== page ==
Journal of IMAB - Annual Proceeding (Scientific Papers)
Publisher: Peytchinski, Gospodin Iliev ET
ISSN: 1312-773X (Online)
Issue: 2017, vol. 23, issue 1
Subject Area: Medicine
Pages: 1474-1479
DOI: 10.5272/jimab.2017231.1474
Published online: 21 February 2017

J of IMAB 2017 Jan-Mar;23(1):1474-1479
Snezha Zlateva1, Petko Marinov1, Marieta Yovcheva1, Georgi Bonchev1ORCID logo,Corresponding Autor, Dobri Ivanov2, Kaloyan Georgiev3,
1) Clinic for Intensive Treatment of Acute Intoxications and Toxicoallergies, Naval Hospital – Varna, Military Medical Academy, Bulgaria
2) Department of Biology, Faculty of Pharmacy, Medical University – Varna, Bulgaria
3) Department of Pharmaceutical Technologies, Faculty of Pharmacy, Medical University – Varna, Bulgaria.

Purpose: The review is provoked because of lack of awareness of the medical practitioners in Bulgaria concerning of the ethnology, pathogenesis, clinical symptoms and treatment of the ciguatera fish poisoning (CFP). This can be a source of prolonged diagnostic delays, as some cases reporting in another country in Europe, for example Germany, Spain and UK. Varna is the sea town with many sailor crews returning from tropical and subtropical regions, or CFP can affect people who travel to the Pacific and Caribbean or ate exotic fish from supermarket. The information of this fish food-borne poisoning is part of student’s education in discipline “Marine medicine” in Medical University, Varna.
Materials and methods: To present better information from different authors and last scientific data, we made review of published materials of 58 issues to construct definition, history, etiology, pathogenesis (toxins and mechanisms of action), clinical symptoms, treatment and prevention of the Ciguatera or ichtyosarcotoxicosis, a wide spread food-born poisoning. Results: Ciguatera poisoning is ichtyosarcotoxicosis, a wide-spread foodborne poisoning in people after consumption of flesh of different kinds of fishes in which toxins produced by poisonous microorganisms (Dinoflagellates) have accumulated. The poisoning develops by accumulating toxins higher up the food chain starting with toxin producing dinoflagellates (species: Gambierdiscus toxicus, Prorocentrum concavum, Pr. lima, Ostreoposis lenticularis, Ostr. Siamensis and others), continuing with the poisoned algae (species: Portieria, Halymenia, Turbinaria, Sargassum), and after that involving small crustacea and small fishes to greater fishes (vector fishes, genus Herbivores and Carnivores), in which the toxins have been stored in amount, great enough to cause foodborne poisoning in humans. This poisoning is widespread in tropical and subtropical regions, but because of its delayed toxic effects, lasting for months and years, there is a possibility that every medic can encounter its unusual symptoms, requiring specific treatment. The following toxins cause the poisoning: ciguatoxin, meitotoxin, ostreotoxin, domoic acid and some other unspecified toxins. They are lipid soluble, thermo stable and cannot be decomposed by culinary processing. These toxins have neurotoxic, cardiotoxic, hemolytic properties and cause diarrheic syndrome. Clinical presentation is characterized by average latent period of 12 hours after the consummation, vomiting and diarrhea next 24 hours and neurological symptoms that appear at the beginning of the poisoning with paresthesias along the body, changing feeling of hot and cold, strong myalgia. Disturbances in cardiac rhythm and conduction, strong dehydration or shock are possible in severe cases. Light cases pass over in several days, but, more often the poisoning has a chronic course – from 3-4 months to 1 year, with prevalence of neurologic symptoms: myalgia, paresthesias, skin itching with scratches, depression. The management is not specific and includes stomach lavage with activated charcoal, fluids replacement during the first 24 hours, corticosteroids, antiallergics, high doses of vitamins from group B (Vit. B1, Vit. B6, Vit. B12), mannitol IV, nootropic medicaments, antidepressants and other symptomatic medicaments. The prophylaxis is done by examining every fish with specific test for detecting ciguateratoxin.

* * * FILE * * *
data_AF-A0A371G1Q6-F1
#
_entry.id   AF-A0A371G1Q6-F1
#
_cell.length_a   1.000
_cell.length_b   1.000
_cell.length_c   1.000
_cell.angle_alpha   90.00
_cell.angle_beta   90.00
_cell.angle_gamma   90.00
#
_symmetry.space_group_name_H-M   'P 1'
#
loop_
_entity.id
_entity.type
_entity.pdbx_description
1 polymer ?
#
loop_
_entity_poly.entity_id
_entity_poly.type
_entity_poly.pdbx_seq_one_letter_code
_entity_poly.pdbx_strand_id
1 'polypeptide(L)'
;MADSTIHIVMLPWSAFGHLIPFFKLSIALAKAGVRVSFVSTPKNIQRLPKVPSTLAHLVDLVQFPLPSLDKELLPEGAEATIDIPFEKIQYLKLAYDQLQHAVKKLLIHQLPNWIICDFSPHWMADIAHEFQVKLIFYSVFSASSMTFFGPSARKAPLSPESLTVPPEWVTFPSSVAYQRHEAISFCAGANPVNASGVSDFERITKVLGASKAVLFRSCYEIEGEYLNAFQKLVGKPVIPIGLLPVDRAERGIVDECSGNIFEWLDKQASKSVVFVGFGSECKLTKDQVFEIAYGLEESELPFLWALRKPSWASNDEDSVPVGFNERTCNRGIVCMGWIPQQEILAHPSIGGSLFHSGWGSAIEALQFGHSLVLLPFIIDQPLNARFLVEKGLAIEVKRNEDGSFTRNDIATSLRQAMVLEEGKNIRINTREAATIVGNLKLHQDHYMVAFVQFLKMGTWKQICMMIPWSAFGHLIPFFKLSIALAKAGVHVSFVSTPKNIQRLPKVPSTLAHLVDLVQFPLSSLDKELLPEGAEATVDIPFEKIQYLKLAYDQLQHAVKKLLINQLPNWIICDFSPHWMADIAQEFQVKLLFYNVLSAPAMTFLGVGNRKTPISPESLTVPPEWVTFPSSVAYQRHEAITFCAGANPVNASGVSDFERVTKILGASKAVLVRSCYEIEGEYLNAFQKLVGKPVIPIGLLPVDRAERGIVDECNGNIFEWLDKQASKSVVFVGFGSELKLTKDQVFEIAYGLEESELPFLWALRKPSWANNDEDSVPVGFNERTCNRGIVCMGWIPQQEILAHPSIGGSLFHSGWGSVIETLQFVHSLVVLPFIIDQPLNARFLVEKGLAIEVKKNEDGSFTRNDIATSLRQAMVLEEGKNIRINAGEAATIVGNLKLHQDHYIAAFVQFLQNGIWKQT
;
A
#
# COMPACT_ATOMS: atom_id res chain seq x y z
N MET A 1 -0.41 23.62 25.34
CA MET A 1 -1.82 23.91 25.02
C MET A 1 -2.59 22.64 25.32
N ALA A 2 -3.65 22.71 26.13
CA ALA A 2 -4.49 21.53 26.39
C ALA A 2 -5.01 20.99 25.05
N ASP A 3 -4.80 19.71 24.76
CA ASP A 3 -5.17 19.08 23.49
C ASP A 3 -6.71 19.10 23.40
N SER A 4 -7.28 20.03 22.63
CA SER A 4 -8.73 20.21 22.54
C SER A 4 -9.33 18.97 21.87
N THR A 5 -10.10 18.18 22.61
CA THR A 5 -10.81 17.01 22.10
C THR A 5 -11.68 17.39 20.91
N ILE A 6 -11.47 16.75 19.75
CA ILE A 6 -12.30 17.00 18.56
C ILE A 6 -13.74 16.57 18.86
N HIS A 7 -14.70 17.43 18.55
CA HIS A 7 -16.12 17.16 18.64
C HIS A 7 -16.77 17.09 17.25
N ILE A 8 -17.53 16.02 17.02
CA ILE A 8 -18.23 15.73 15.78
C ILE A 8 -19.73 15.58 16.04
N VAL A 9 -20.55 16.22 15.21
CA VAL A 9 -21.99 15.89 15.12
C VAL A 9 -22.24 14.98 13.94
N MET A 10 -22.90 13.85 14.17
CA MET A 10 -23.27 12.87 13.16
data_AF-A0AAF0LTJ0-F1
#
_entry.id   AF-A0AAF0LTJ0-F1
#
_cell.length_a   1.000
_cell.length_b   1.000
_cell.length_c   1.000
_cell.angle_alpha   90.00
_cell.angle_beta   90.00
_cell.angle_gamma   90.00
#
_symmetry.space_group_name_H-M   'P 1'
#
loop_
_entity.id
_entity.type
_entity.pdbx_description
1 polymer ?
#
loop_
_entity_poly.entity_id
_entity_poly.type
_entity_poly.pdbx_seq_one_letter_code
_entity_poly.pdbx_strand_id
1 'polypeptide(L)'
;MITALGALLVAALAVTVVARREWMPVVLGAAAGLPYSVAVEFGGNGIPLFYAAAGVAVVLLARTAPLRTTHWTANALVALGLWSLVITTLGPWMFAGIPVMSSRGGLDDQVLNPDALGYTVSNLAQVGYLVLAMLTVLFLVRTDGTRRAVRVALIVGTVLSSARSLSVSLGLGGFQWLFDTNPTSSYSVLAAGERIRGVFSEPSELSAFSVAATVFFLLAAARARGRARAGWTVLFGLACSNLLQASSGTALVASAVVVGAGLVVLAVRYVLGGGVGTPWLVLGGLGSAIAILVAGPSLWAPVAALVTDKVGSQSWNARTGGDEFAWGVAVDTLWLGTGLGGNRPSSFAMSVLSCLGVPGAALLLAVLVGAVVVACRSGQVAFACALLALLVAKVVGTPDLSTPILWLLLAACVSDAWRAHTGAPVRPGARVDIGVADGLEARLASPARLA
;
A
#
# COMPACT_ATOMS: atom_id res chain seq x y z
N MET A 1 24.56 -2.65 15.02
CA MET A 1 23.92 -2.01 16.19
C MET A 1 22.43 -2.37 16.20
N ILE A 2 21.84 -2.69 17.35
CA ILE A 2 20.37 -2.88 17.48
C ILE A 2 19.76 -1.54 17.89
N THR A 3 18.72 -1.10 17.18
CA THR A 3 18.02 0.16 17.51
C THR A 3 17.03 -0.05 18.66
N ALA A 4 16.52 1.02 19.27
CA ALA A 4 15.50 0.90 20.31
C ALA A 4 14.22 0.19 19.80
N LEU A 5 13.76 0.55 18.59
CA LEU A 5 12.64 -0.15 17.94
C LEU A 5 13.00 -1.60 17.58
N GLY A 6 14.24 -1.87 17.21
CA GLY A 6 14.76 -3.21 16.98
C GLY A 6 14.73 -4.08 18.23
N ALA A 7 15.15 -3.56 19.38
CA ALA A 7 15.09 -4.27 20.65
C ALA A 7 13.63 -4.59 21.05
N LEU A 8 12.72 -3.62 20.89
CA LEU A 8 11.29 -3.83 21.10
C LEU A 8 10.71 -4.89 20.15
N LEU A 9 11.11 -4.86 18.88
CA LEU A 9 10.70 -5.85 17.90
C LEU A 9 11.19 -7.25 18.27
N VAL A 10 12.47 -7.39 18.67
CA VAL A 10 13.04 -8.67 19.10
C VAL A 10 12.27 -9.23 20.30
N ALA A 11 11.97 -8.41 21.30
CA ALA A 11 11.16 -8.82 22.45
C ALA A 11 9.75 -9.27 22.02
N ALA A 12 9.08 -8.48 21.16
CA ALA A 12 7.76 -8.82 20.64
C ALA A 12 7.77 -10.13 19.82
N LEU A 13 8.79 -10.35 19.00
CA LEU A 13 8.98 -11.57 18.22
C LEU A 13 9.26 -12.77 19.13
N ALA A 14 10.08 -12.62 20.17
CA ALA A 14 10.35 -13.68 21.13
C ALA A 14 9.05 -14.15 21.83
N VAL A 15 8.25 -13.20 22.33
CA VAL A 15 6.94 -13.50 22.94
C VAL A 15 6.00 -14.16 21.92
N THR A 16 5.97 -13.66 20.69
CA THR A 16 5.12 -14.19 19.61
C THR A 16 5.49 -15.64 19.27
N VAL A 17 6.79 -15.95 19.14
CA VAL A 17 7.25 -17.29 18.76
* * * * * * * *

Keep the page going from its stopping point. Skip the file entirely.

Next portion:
Key words: ichtyosarcotoxicosis, dinoflagellates, ciguatoxin, meitotoxin, domoic acid, ciguatera poisoning,

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Please cite this article in PubMed Style or AMA (American Medical Association) Style:
Zlateva S, Marinov P, Yovcheva M, Bonchev G, Ivanov D, Georgiev K. CIGUATERA POISONING: Pacific disease, foodborne poisoning from fish in warm seas and oceans. Review. J of IMAB. 2017 Jan-Mar;23(1):1474-1479. DOI: 10.5272/jimab.2017231.1474.

Correspondence to: Georgi Bonchev, PhD; Head, Laboratory of Analytical Toxicology, Military Medical Academy, Naval Hospital – Varna; 3, Hristo Smirnenski Blvd., 9010 Varna, Bulgaria; E-mail:

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Received: 01 September 2016
Published online: 21 February 2017

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